More often than not, settlers enjoy impunity at the hands of Israeli authorities. A 1981 committee report headed by the Israeli deputy attorney general Judith Karp found systematic violence against Palestinian lives and property and an attendant complicity by Israeli forces who rarely investigated let alone prosecuted settlers and were far more likely to protect them, and thus effectively offering settlers a citadel from which to strike Palestinians. In its delicate language, the Karp Report concluded “that the inquiry team’s findings point to definite deficiencies in police performance in investigating events growing out of neighborly relations between Israelis and local residents [i.e. Palestinians] in Judea and Samaria [i.e. the occupied West Bank], and complaints of local residents against Israelis.” [12] As if to further illustrate the point, the committee faced obstacles from the Israel Defense Forces, Israeli police and settlers, and was kept classified by the Israeli government until 1984.

 

As part of our Special Focus on Settler Violence in Palestine, the Institute for Palestine Studies has made available a series of articles* on settlements – their history, expansion, and corollary of dispossession and violence. We would also like to remind readers about our Settlement Monitor as part of our unparalleled Resources – the most comprehensive source on Israeli settlements that is updated quarterly on our website and published in the Journal of Palestine Studies. The Institute for Palestine Studies was one of the first institutions to translate The Karp Report: An Israeli Government Inquiry into Settler Violence Against Palestinians on the West Bank (1984) into English and we’re pleased to announce it is available for purchase in our Bookstore.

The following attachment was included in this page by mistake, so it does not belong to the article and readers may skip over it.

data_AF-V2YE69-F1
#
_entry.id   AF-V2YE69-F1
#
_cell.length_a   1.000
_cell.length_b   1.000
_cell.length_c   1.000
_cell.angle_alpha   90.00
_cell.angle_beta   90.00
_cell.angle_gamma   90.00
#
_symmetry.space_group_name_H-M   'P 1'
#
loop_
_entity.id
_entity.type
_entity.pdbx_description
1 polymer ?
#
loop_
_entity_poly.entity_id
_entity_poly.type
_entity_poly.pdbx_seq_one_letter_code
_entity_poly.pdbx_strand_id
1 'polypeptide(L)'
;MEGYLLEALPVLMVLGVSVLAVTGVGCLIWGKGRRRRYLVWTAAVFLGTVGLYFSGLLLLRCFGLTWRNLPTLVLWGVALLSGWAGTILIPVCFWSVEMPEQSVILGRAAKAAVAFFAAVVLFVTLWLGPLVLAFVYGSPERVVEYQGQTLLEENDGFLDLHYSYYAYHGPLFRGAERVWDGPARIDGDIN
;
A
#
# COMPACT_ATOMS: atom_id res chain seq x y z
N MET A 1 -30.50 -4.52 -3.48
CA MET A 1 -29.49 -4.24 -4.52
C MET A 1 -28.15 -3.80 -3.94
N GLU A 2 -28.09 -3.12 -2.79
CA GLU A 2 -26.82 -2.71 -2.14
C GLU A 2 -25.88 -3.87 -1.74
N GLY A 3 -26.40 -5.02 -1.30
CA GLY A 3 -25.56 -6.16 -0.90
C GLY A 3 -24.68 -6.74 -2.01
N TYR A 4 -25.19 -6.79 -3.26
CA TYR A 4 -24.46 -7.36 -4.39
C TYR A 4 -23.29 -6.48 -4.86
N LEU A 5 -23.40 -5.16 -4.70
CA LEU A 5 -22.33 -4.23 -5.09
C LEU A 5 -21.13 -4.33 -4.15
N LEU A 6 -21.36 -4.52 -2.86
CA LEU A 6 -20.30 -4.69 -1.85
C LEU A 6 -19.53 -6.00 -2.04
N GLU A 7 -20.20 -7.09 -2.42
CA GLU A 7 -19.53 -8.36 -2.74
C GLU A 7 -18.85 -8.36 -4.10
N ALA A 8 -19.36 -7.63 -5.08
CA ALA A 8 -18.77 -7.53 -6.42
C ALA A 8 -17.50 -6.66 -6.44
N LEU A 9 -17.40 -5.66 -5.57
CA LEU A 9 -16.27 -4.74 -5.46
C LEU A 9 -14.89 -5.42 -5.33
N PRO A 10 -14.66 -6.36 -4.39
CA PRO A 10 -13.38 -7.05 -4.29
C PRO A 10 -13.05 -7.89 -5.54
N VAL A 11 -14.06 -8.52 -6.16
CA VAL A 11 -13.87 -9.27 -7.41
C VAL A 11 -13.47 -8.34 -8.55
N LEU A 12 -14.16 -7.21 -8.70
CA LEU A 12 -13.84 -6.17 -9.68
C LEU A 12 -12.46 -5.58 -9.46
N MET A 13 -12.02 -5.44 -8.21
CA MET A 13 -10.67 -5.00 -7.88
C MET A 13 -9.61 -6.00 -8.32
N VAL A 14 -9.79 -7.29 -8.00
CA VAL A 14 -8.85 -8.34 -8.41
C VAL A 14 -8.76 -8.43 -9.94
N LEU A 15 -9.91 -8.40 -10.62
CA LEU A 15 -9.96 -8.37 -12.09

*Articles that were only made available as part of our monthly Special Focus have since been removed and may be purchased at our co-publisher's website, the University of California Press. Removed articles will automatically take you to the respective article at UCP's website.